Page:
Health Care: Public Option Is A Must

I just want to go on the record here that any health care reform must include a “public option.” This is an option for insurance that comes from the government, not from for-profit companies. Without it there really is no “reform.”
This is a deal-breaker: no public option, then no anything, and we keep trying to get health care that works for the public instead of just taking our money to benefit a few.
Conservatives like to say that government is inefficient, incompetent, cumbersome, wasteful and can’t compete with “the private sector.” But NOW they’re suddenly all worried that private businesses can’t compete with government. The ONLY reason there is consideration of continuing the failed, greedy, destructive corporate insurance system is because the few who get rich off of it are paying off politicians to keep things they way they are.
This is about providing what is best for the people, not about watching out for corporate interests and the profits that get funneled up to a few people at the top. If business can serve the people better than the people (government) can, let them prove it by including a public insurance option in the health care reform.

2 thoughts on “Health Care: Public Option Is A Must

  1. A sperate public plan while keeping private insurance is a bad idea. We would be better off
    doing nothing now, letting conditions get worse, and then getting an efficient plan later.
    The main reason that it is far better to extend Medicare to everyone is cost. Private insurance companies waste about $400 Billion each year in high overhead and unnecessary requirements on physicians. There is another $100 Billion wasted on high drug prices to companies that spend 3 times as much on “marketing” as on R & D. This $500 Billion each year can be used to pay for the extension of Medicare to everyone.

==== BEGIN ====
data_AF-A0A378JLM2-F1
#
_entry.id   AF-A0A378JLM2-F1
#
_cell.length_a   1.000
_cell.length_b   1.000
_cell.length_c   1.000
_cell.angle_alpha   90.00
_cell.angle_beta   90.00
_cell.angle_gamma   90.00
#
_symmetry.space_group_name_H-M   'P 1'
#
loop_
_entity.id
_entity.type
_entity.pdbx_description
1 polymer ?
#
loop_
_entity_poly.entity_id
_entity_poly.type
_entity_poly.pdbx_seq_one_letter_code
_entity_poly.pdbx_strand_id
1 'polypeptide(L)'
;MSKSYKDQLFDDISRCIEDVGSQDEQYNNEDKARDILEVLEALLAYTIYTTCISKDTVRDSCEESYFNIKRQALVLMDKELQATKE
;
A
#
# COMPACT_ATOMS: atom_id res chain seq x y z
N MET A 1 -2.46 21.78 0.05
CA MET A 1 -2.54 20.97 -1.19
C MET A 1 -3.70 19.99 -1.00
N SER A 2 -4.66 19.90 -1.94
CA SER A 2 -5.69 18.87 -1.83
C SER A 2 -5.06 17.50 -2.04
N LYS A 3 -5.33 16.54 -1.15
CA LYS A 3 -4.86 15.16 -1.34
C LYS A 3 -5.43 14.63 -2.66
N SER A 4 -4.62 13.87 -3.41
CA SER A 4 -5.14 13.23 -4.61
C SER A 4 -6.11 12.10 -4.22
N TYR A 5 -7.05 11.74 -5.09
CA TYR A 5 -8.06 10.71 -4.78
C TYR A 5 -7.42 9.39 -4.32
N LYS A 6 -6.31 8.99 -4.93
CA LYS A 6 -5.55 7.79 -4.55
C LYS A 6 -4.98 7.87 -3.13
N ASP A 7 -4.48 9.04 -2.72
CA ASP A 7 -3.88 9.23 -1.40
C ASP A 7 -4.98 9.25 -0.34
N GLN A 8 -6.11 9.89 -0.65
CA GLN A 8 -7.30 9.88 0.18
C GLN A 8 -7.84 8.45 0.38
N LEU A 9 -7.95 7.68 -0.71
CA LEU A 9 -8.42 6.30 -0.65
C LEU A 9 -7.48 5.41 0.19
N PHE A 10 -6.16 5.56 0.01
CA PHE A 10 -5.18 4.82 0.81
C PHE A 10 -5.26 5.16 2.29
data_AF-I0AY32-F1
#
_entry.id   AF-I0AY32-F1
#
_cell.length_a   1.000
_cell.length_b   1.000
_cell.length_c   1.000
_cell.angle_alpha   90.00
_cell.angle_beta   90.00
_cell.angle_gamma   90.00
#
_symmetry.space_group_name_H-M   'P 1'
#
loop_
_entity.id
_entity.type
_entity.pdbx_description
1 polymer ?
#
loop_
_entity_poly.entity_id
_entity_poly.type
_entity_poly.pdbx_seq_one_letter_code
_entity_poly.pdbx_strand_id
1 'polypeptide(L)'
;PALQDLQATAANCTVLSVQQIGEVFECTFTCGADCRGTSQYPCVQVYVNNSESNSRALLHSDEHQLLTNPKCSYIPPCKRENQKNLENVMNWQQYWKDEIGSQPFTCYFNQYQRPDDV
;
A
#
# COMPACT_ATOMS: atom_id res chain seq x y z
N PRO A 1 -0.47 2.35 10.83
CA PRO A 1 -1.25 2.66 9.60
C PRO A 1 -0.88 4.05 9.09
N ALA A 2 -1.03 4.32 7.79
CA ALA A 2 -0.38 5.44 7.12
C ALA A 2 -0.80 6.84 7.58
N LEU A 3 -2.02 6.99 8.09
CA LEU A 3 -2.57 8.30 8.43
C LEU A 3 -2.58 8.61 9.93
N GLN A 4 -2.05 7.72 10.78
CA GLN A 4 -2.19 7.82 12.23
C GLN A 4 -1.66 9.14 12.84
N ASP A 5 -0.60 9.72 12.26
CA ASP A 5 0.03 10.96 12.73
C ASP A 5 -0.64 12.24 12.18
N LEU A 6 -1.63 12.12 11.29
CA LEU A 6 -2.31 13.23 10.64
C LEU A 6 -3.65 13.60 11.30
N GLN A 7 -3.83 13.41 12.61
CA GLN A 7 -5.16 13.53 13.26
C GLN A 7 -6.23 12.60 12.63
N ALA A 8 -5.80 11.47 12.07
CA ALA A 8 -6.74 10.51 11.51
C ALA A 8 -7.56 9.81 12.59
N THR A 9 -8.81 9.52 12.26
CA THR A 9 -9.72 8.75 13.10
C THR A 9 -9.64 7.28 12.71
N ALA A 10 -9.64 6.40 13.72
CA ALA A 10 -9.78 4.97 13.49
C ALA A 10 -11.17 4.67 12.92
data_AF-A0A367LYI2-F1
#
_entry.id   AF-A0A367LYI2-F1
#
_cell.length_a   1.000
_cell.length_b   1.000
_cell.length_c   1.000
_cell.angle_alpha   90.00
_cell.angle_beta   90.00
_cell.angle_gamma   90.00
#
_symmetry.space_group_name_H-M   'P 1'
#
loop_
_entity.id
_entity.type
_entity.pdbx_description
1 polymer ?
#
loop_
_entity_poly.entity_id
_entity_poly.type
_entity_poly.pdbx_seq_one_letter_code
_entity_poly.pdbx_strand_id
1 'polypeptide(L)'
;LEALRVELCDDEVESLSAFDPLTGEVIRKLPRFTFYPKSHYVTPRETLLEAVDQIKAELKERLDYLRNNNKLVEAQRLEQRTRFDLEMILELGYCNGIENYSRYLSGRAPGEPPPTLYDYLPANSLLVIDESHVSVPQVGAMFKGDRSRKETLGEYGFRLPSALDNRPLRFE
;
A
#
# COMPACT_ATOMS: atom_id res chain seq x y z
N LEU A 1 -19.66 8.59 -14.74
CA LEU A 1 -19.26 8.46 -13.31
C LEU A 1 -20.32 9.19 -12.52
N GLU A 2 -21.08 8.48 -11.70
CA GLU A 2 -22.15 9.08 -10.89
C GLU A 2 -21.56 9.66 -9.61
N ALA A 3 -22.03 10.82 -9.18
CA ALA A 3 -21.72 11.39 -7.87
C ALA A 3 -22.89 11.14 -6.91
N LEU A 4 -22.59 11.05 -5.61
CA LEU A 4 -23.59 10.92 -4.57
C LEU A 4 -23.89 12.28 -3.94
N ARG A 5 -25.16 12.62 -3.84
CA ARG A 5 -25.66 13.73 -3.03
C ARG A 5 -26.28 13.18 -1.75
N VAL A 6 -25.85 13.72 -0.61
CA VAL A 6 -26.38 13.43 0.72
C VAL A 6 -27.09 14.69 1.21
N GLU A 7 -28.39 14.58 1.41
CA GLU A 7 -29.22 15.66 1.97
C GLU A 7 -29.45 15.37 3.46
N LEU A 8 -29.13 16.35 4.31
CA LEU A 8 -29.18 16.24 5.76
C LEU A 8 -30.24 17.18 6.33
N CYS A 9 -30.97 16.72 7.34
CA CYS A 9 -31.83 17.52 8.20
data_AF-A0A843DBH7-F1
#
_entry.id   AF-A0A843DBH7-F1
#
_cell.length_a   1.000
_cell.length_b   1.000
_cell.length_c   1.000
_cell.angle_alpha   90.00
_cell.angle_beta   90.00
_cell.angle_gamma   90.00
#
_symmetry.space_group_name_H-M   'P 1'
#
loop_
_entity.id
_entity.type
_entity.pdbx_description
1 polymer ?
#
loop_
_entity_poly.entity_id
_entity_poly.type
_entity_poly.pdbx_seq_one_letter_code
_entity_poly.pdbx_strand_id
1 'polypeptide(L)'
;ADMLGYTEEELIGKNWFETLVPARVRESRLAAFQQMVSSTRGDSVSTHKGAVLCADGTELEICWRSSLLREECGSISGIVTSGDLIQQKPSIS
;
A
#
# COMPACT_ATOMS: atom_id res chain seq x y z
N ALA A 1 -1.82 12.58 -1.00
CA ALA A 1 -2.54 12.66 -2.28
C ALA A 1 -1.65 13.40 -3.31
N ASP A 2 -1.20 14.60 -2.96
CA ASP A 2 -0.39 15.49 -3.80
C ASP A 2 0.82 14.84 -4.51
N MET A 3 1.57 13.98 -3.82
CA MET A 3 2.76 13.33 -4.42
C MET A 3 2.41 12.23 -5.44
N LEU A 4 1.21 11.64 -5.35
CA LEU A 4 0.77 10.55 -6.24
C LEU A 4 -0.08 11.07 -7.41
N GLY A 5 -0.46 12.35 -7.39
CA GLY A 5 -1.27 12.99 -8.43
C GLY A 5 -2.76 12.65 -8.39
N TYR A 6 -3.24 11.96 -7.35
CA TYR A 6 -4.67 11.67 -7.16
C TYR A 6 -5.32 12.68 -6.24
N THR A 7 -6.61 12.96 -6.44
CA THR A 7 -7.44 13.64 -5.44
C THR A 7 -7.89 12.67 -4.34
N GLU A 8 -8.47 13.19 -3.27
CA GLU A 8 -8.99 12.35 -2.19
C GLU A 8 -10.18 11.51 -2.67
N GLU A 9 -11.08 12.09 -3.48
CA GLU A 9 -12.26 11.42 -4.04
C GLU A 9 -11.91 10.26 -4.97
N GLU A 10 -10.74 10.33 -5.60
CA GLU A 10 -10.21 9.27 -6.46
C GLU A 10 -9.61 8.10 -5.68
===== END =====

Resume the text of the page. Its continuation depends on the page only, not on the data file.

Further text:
If you simply add a public plan, you are leaving the $500 Billion on the Table. You are simply adding cost. This is just stupid.
    In addition, there are tecnical reasons just adding a public plan is foolish. If it has to take everyone while private cos can pick and choose, it will wind up with another high risk pool–the sick and the poor. While the idea of creating another pool is bad, if it is a high risk pool, it will be very expensive. The Repubs will seize on this and progress will halt.
    Also if it covers preexisting consitions, then it will greatly expand the pool of the self insured which is terrible from an efficiency point of view. After all, why pay premiums when you are well?
    Finally as to the attidues of the public, if the magic word “Medicare” is mentioned in the questions, a huge majority is in favor of Medicare for All. Here is a question from a Washington Post – ABC poll:
    “Which would you prefer: the current health insurance system in the United States, in which most people get their health insurance from private employers, but some people have no insurance, OR, a universal health insurance program, in which everyone is covered under a program like Medicare that’s run by the government and financed by taxpayers?”
    62% favored Medicare for All; 33% were opposed. That’s pretty decisive. And this is with the facts suppressed. Other questions in the poll show that the 62% supporting the universal program mostly believe it will cost more when it will cost less. They believe they won’t be able to pick their doctor when Medicare allows much more freedom than most private plans. They believe there will be long waiting times when this is a myth. And still they support a universal plan like Medicare for All by 2 to 1.

  2. I agree with Dave; public option is a must; what can be done to influence this?

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